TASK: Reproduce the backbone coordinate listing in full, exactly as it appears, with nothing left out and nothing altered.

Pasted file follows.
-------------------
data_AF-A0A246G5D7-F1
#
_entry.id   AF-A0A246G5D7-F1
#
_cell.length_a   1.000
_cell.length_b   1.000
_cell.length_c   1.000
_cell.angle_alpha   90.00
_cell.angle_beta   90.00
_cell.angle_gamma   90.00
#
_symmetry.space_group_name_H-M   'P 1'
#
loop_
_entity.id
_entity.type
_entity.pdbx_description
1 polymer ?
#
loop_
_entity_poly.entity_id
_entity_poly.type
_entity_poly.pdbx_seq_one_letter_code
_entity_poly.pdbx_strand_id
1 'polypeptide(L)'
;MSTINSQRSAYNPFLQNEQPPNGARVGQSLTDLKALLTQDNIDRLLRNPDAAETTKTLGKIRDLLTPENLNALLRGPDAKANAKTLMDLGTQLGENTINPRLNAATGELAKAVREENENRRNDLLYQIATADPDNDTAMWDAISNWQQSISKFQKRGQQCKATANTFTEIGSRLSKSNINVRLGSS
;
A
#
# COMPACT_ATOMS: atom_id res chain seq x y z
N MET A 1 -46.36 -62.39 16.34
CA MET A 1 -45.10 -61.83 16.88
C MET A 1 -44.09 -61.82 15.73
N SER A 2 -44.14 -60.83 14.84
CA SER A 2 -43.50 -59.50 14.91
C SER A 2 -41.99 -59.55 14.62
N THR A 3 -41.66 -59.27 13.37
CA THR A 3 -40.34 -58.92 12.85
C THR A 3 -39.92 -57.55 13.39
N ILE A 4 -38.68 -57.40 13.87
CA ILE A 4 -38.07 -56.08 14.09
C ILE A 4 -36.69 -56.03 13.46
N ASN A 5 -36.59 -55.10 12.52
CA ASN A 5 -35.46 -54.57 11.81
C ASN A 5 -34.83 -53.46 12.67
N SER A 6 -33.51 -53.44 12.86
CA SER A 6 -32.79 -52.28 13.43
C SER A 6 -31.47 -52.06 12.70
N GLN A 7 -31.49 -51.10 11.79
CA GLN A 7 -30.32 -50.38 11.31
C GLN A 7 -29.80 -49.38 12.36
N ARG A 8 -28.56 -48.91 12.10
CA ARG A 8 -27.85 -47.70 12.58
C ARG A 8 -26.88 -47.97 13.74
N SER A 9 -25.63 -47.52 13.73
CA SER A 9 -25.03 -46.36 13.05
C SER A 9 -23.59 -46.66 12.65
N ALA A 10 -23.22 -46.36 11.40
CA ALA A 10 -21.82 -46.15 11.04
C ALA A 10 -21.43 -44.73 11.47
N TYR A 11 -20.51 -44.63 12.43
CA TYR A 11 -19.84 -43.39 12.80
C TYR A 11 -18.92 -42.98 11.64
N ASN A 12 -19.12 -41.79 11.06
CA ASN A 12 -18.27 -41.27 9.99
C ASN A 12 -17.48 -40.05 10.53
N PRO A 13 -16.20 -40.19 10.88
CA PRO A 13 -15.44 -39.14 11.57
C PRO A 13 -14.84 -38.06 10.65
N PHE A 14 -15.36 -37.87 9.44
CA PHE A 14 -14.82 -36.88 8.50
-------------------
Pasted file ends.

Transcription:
data_AF-A0A246G5D7-F1
#
_entry.id   AF-A0A246G5D7-F1
#
_cell.length_a   1.000
_cell.length_b   1.000
_cell.length_c   1.000
_cell.angle_alpha   90.00
_cell.angle_beta   90.00
_cell.angle_gamma   90.00
#
_symmetry.space_group_name_H-M   'P 1'
#
loop_
_entity.id
_entity.type
_entity.pdbx_description
1 polymer ?
#
loop_
_entity_poly.entity_id
_entity_poly.type
_entity_poly.pdbx_seq_one_letter_code
_entity_poly.pdbx_strand_id
1 'polypeptide(L)'
;MSTINSQRSAYNPFLQNEQPPNGARVGQSLTDLKALLTQDNIDRLLRNPDAAETTKTLGKIRDLLTPENLNALLRGPDAKANAKTLMDLGTQLGENTINPRLNAATGELAKAVREENENRRNDLLYQIATADPDNDTAMWDAISNWQQSISKFQKRGQQCKATANTFTEIGSRLSKSNINVRLGSS
;
A
#
# COMPACT_ATOMS: atom_id res chain seq x y z
N MET A 1 -46.36 -62.39 16.34
CA MET A 1 -45.10 -61.83 16.88
C MET A 1 -44.09 -61.82 15.73
N SER A 2 -44.14 -60.83 14.84
CA SER A 2 -43.50 -59.50 14.91
C SER A 2 -41.99 -59.55 14.62
N THR A 3 -41.66 -59.27 13.37
CA THR A 3 -40.34 -58.92 12.85
C THR A 3 -39.92 -57.55 13.39
N ILE A 4 -38.68 -57.40 13.87
CA ILE A 4 -38.07 -56.08 14.09
C ILE A 4 -36.69 -56.03 13.46
N ASN A 5 -36.59 -55.10 12.52
CA ASN A 5 -35.46 -54.57 11.81
C ASN A 5 -34.83 -53.46 12.67
N SER A 6 -33.51 -53.44 12.86
CA SER A 6 -32.79 -52.28 13.43
C SER A 6 -31.47 -52.06 12.70
N GLN A 7 -31.49 -51.10 11.79
CA GLN A 7 -30.32 -50.38 11.31
C GLN A 7 -29.80 -49.38 12.36
N ARG A 8 -28.56 -48.91 12.10
CA ARG A 8 -27.85 -47.70 12.58
C ARG A 8 -26.88 -47.97 13.74
N SER A 9 -25.63 -47.52 13.73
CA SER A 9 -25.03 -46.36 13.05
C SER A 9 -23.59 -46.66 12.65
N ALA A 10 -23.22 -46.36 11.40
CA ALA A 10 -21.82 -46.15 11.04
C ALA A 10 -21.43 -44.73 11.47
N TYR A 11 -20.51 -44.63 12.43
CA TYR A 11 -19.84 -43.39 12.80
C TYR A 11 -18.92 -42.98 11.64
N ASN A 12 -19.12 -41.79 11.06
CA ASN A 12 -18.27 -41.27 9.99
C ASN A 12 -17.48 -40.05 10.53
N PRO A 13 -16.20 -40.19 10.88
CA PRO A 13 -15.44 -39.14 11.57
C PRO A 13 -14.84 -38.06 10.65
N PHE A 14 -15.36 -37.87 9.44
CA PHE A 14 -14.82 -36.88 8.50